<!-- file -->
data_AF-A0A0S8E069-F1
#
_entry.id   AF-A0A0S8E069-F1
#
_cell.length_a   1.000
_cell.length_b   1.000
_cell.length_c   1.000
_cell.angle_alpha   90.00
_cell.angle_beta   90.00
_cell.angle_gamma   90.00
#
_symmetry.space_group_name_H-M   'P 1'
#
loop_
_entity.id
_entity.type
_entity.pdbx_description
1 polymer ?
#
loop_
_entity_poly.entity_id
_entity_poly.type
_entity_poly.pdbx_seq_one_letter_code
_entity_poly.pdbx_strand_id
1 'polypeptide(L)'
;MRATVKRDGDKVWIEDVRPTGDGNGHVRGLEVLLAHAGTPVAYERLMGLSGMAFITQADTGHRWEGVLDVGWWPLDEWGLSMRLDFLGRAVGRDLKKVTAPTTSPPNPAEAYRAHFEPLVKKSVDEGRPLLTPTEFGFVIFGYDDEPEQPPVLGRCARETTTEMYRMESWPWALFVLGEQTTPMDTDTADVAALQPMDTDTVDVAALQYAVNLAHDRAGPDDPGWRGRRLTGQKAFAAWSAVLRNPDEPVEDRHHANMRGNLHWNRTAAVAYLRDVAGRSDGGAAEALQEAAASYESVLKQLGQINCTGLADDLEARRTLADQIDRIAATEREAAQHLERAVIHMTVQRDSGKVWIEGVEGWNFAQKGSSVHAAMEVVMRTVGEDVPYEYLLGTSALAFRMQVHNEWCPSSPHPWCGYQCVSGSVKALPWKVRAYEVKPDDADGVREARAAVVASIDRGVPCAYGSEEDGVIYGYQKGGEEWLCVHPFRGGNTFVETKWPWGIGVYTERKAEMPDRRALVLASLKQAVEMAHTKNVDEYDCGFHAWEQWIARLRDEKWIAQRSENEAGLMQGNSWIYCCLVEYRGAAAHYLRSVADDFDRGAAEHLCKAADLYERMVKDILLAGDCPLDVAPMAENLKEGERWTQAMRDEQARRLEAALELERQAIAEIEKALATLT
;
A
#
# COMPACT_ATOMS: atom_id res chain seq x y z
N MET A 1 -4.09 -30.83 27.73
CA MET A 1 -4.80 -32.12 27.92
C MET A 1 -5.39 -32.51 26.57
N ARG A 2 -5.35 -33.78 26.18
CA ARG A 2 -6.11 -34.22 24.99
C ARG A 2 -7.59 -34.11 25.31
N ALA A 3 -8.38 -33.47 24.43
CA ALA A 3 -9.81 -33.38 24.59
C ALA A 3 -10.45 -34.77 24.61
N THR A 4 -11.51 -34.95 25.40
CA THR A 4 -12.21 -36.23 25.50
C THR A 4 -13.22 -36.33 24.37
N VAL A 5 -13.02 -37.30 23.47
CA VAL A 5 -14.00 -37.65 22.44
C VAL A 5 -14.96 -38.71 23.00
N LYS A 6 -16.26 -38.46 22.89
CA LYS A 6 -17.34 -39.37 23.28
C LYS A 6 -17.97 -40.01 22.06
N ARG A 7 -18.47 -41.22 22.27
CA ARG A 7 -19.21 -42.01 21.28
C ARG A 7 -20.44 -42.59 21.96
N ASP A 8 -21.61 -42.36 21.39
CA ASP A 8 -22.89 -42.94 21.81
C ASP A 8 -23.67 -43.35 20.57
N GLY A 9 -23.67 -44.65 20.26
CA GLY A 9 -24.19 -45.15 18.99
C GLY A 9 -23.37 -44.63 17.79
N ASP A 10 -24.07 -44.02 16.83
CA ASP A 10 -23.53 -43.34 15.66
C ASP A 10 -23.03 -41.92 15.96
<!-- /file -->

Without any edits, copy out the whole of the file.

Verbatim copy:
data_AF-A0A0S8E069-F1
#
_entry.id   AF-A0A0S8E069-F1
#
_cell.length_a   1.000
_cell.length_b   1.000
_cell.length_c   1.000
_cell.angle_alpha   90.00
_cell.angle_beta   90.00
_cell.angle_gamma   90.00
#
_symmetry.space_group_name_H-M   'P 1'
#
loop_
_entity.id
_entity.type
_entity.pdbx_description
1 polymer ?
#
loop_
_entity_poly.entity_id
_entity_poly.type
_entity_poly.pdbx_seq_one_letter_code
_entity_poly.pdbx_strand_id
1 'polypeptide(L)'
;MRATVKRDGDKVWIEDVRPTGDGNGHVRGLEVLLAHAGTPVAYERLMGLSGMAFITQADTGHRWEGVLDVGWWPLDEWGLSMRLDFLGRAVGRDLKKVTAPTTSPPNPAEAYRAHFEPLVKKSVDEGRPLLTPTEFGFVIFGYDDEPEQPPVLGRCARETTTEMYRMESWPWALFVLGEQTTPMDTDTADVAALQPMDTDTVDVAALQYAVNLAHDRAGPDDPGWRGRRLTGQKAFAAWSAVLRNPDEPVEDRHHANMRGNLHWNRTAAVAYLRDVAGRSDGGAAEALQEAAASYESVLKQLGQINCTGLADDLEARRTLADQIDRIAATEREAAQHLERAVIHMTVQRDSGKVWIEGVEGWNFAQKGSSVHAAMEVVMRTVGEDVPYEYLLGTSALAFRMQVHNEWCPSSPHPWCGYQCVSGSVKALPWKVRAYEVKPDDADGVREARAAVVASIDRGVPCAYGSEEDGVIYGYQKGGEEWLCVHPFRGGNTFVETKWPWGIGVYTERKAEMPDRRALVLASLKQAVEMAHTKNVDEYDCGFHAWEQWIARLRDEKWIAQRSENEAGLMQGNSWIYCCLVEYRGAAAHYLRSVADDFDRGAAEHLCKAADLYERMVKDILLAGDCPLDVAPMAENLKEGERWTQAMRDEQARRLEAALELERQAIAEIEKALATLT
;
A
#
# COMPACT_ATOMS: atom_id res chain seq x y z
N MET A 1 -4.09 -30.83 27.73
CA MET A 1 -4.80 -32.12 27.92
C MET A 1 -5.39 -32.51 26.57
N ARG A 2 -5.35 -33.78 26.18
CA ARG A 2 -6.11 -34.22 24.99
C ARG A 2 -7.59 -34.11 25.31
N ALA A 3 -8.38 -33.47 24.43
CA ALA A 3 -9.81 -33.38 24.59
C ALA A 3 -10.45 -34.77 24.61
N THR A 4 -11.51 -34.95 25.40
CA THR A 4 -12.21 -36.23 25.50
C THR A 4 -13.22 -36.33 24.37
N VAL A 5 -13.02 -37.30 23.47
CA VAL A 5 -14.00 -37.65 22.44
C VAL A 5 -14.96 -38.71 23.00
N LYS A 6 -16.26 -38.46 22.89
CA LYS A 6 -17.34 -39.37 23.28
C LYS A 6 -17.97 -40.01 22.06
N ARG A 7 -18.47 -41.22 22.27
CA ARG A 7 -19.21 -42.01 21.28
C ARG A 7 -20.44 -42.59 21.96
N ASP A 8 -21.61 -42.36 21.39
CA ASP A 8 -22.89 -42.94 21.81
C ASP A 8 -23.67 -43.35 20.57
N GLY A 9 -23.67 -44.65 20.26
CA GLY A 9 -24.19 -45.15 18.99
C GLY A 9 -23.37 -44.63 17.79
N ASP A 10 -24.07 -44.02 16.83
CA ASP A 10 -23.53 -43.34 15.66
C ASP A 10 -23.03 -41.92 15.96